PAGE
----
Kings and rulers in medieval days retired from all secular business during Holy Week to spend the time in recollection and prayer, often within the seclusion of a monastery. Farmers set aside their plows, artisans their tools, schools and government offices closed, and courts did not sit. Popular feeling caused the banning not only of music, dancing, and secular singing but also of hunting and any other kind of sport. It was truly a “quiet” and “holy” week even in public life.
The Sacred Triduum of Holy Week (Thursday, Friday, and Saturday) was a time of holyday obligation all through the Middle Ages. The Christian people, freed from servile work, were all present at the impressive ceremonies of these days.
Holy Thursday is the day on which Christ celebrated the Last Supper with His disciples, four days after His triumphal entry into Jerusalem on Palm Sunday. Jesus also washed the feet of his disciples when they felt they should be washing his, but this shows his humility by doing this and tradition that continues today at Holy Thursday mass, when the pastor of the church washes the feet of twelve members of the parish. Hours later, one of the disciples, Judas would betray Christ while he was in the Garden of Gethsemane, setting the stage for the Lord’s Crucifixion on Good Friday.
Holy Thursday is notable for being the day on which the chrism mass is celebrated in each diocese. Usually held in the diocese’s cathedral, in this mass, the holy oils are blessed by the bishop, they consist of the chrism, oil of the sick and oil of catechumens. The oil of the catechumens and chrism are to be used on Holy Saturday at the Easter Vigil, for those baptism and confirmation and for those entering the church.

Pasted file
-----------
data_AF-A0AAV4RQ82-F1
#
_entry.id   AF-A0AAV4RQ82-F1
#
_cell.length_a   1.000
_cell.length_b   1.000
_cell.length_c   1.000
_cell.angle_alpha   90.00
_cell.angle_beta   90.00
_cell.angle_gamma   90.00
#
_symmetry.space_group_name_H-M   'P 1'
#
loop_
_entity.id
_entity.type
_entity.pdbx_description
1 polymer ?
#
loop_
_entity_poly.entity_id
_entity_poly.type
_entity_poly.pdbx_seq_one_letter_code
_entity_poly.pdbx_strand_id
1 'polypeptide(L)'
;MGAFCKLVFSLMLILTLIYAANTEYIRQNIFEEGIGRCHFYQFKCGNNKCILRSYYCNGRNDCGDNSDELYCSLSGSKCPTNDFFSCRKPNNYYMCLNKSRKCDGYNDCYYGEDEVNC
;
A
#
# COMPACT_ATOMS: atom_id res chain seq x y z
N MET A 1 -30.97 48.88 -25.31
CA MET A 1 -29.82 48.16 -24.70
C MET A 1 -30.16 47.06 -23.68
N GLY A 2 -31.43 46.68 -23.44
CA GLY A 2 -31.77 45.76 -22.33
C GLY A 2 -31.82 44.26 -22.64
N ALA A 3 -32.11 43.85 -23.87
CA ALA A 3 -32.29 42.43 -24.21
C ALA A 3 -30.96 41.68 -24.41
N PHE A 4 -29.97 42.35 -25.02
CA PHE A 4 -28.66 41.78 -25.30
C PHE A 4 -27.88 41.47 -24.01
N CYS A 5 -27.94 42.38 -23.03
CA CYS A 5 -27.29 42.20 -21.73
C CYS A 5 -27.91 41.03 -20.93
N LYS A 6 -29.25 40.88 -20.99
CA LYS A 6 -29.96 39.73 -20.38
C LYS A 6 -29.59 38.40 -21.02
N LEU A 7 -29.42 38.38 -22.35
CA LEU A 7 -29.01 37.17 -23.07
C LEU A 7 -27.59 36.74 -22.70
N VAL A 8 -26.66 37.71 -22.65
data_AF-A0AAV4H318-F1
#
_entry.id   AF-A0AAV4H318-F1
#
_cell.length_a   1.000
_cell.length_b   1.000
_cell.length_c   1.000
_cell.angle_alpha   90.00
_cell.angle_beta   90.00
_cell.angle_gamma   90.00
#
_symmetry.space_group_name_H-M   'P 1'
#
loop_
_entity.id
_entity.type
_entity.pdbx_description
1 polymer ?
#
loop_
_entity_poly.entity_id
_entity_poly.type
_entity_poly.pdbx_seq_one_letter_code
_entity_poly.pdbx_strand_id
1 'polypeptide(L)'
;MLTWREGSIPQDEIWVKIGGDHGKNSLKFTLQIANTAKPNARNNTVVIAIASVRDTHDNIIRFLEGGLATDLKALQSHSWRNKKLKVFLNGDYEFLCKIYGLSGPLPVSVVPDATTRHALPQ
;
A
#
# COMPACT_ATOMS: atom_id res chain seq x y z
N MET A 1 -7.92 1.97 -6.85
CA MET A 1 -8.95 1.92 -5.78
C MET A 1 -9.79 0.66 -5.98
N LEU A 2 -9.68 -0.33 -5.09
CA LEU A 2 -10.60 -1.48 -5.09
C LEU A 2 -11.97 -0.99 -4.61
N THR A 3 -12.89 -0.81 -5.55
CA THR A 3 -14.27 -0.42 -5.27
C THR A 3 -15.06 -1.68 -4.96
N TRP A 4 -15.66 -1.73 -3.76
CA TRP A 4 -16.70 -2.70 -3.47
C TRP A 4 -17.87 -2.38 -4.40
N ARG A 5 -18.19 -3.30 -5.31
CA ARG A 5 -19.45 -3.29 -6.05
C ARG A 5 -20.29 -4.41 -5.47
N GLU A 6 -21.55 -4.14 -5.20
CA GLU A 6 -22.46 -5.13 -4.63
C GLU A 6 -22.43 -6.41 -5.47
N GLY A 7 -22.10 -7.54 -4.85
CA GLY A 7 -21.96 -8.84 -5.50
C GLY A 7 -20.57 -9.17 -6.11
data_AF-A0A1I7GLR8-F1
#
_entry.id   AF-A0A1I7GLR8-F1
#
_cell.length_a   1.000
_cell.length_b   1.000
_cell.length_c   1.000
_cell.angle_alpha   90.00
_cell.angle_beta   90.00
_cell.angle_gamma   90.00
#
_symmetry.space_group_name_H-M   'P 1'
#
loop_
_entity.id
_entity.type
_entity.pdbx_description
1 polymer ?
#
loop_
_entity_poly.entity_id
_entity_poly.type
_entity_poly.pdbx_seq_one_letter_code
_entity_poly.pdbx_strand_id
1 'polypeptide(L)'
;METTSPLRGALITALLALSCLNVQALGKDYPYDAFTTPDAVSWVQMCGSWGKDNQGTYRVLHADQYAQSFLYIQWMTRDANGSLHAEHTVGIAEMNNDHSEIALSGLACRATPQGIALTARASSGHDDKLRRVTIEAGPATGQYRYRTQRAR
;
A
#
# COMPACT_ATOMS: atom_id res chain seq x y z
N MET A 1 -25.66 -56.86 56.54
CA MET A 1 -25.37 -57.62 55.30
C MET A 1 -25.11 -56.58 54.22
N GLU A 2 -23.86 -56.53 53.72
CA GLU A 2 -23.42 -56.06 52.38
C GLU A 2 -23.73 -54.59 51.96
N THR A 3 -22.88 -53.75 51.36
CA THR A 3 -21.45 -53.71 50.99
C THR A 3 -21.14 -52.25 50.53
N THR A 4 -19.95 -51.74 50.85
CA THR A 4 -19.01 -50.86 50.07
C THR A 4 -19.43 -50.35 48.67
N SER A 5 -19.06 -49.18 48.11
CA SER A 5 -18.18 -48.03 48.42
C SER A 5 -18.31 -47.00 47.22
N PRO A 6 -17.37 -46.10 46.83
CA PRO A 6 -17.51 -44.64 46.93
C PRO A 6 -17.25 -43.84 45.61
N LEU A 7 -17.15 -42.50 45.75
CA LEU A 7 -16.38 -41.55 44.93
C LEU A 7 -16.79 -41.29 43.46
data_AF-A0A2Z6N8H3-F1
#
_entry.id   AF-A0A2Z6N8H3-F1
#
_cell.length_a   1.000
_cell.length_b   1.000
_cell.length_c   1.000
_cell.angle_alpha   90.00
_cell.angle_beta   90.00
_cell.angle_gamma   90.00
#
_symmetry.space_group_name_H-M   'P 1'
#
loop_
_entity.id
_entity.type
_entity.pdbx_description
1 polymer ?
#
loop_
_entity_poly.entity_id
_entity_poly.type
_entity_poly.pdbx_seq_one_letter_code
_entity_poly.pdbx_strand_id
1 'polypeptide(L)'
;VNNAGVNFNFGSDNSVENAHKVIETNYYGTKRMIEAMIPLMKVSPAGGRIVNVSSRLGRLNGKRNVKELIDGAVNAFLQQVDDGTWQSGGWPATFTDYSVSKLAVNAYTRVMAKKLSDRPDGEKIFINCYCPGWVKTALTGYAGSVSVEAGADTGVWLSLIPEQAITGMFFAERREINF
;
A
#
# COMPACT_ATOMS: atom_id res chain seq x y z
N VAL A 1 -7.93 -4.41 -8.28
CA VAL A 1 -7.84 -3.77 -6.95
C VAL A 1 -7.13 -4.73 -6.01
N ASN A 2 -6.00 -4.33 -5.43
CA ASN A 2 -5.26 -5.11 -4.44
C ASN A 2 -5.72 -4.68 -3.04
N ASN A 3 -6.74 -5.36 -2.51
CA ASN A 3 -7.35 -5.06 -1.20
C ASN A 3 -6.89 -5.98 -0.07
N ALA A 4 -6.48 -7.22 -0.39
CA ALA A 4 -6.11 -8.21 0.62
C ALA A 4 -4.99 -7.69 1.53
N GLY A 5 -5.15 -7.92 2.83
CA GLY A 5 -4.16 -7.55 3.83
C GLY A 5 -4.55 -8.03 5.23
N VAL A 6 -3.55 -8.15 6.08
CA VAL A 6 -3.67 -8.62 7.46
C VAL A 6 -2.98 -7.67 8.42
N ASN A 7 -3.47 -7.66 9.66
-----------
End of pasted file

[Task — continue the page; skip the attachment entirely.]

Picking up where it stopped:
Holy Thursday is the day on which Catholics commemorate the institution of three pillars of the Catholic Faith: the Sacrament of Holy Communion, the priesthood and the Mass. During the Last Supper, Christ blessed the bread and wine with the very words that Catholic and Orthodox priests use today to consecrate the Body and Blood of Christ during the Mass and the Divine Liturgy. In telling His disciples to “Do this in remembrance of me,” He instituted the Mass and made them the first priests.
Good Friday, the Friday before Easter Sunday is when the Catholic and Christian churches commemorates the Passion and Death of our Lord Jesus Christ on the Cross.
The evening (at sunset) of Good Friday begins is the second day of the Paschal Triduum. The major Good Friday worship services begin in the afternoon at 3:00 PM (the time Jesus likely died). Various traditions and customs are associated with the Western celebration of Good Friday. The singing (or preaching) of the Passion of St. John’s gospel consists of reading or singing parts of John’s Gospel. . The Veneration of the Cross is also common in the Western Church. This is when Christians approach a wooden cross and venerate it, often by kneeling before it, or kissing part of it. In addition to these traditions, Holy Communion with the reserved host is practiced. In the Latin Rite of the Catholic Church, no Masses are said on Good Friday or Holy Saturday. Therefore the reserved host from the Holy Thursday Mass is used. Sometimes it is referred to as the “Mass of the Pre-Sanctified.”